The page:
What vexes many thousands of colleagues around the world most is that genomics hasn't yet moved into the "real world" of medical relevance. Olson led a team that sequenced the principal microbe involved in lung infections in cystic fibrosis patients, Pseudonomas aeruginosa. Referring to changes in cells of both the patient and the infecting organisms, says Olson, "it's clear that mutational cascades are a really critical aspect of disease progression, just as is the case with cancer." To build a genomics "bridge" into this area is going to call for a "very large" amount of sequencing of both patients and microbes to follow the progression of the disease. For this, the faster second-generation sequencing technologies emerging from several startup companies will be essential, Olson thinks, just as it will be for the new National Institutes of Health Cancer Genome Project, on which pilot work has begun. "They're over-promising and are trying to move too quickly, without a strong enough strategic plan," Olson argues. "Nonetheless the scientific idea is right. These policy things usually eventually fall into place as reality exerts itself."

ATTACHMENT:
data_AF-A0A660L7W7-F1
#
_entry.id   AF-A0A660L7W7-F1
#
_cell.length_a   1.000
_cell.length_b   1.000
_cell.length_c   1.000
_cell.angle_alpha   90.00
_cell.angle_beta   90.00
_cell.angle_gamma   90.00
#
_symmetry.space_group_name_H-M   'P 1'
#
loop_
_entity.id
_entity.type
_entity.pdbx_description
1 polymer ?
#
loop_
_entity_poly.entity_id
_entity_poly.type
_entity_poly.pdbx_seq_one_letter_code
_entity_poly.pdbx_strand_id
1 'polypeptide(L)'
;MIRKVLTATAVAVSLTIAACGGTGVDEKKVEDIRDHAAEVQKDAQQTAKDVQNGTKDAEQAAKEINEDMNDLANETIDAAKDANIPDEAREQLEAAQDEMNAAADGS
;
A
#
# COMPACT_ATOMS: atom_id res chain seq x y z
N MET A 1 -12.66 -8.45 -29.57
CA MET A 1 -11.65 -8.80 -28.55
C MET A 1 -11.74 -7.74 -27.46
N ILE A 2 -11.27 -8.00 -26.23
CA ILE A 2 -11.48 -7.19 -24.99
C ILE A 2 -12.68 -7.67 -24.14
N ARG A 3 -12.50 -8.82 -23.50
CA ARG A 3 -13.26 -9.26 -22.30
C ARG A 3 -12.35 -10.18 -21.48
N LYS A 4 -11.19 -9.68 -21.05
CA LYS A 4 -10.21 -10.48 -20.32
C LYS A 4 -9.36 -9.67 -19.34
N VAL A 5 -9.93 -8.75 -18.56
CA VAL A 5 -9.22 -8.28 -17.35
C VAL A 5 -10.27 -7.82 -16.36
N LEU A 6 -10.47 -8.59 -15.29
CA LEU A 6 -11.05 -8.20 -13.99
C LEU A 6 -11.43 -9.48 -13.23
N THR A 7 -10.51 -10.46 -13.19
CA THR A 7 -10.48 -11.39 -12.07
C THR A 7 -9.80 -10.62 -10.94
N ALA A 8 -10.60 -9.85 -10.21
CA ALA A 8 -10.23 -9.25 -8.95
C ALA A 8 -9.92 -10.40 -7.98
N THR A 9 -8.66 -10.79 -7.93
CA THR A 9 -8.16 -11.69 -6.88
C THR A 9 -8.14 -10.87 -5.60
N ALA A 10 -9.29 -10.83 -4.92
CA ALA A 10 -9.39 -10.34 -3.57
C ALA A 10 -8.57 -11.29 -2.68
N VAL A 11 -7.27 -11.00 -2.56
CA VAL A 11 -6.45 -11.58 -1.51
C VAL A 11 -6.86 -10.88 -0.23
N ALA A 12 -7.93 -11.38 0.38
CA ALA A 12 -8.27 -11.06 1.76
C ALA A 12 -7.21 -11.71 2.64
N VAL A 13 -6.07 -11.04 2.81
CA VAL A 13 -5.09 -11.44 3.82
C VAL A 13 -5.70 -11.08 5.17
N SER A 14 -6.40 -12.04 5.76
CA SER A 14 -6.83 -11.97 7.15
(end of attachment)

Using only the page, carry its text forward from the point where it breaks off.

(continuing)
Such issues as cheaper, faster DNA sequencing to get genomic tools into the clinic sooner will define the field for the next five years, and beyond. Echoing Olson, Cold Spring Harbor Laboratory's Lincoln Stein says the last five years have fit Kuhn's definition of 'normal science," although "the number of questions never decreases."
The annotation work of the last five years, says David R. Bentley, the former director of human genetics at the Wellcome Trust Sanger Institute in Hinxton, UK, has been "changed completely" by the discovery of microRNAs, which include the small interfering RNAs, siRNAs. "All you had five years ago was strings of bases.... Now we have this beautiful... emerging colorful picture of what each of these bases does. I think we may build a whole new picture of how the genome works and how it specifies the cell," says Bentley, now chief scientist of Solexa, one of several startup companies that is speeding DNA sequencing and driving down its costs beyond those possible with the classic Sanger method.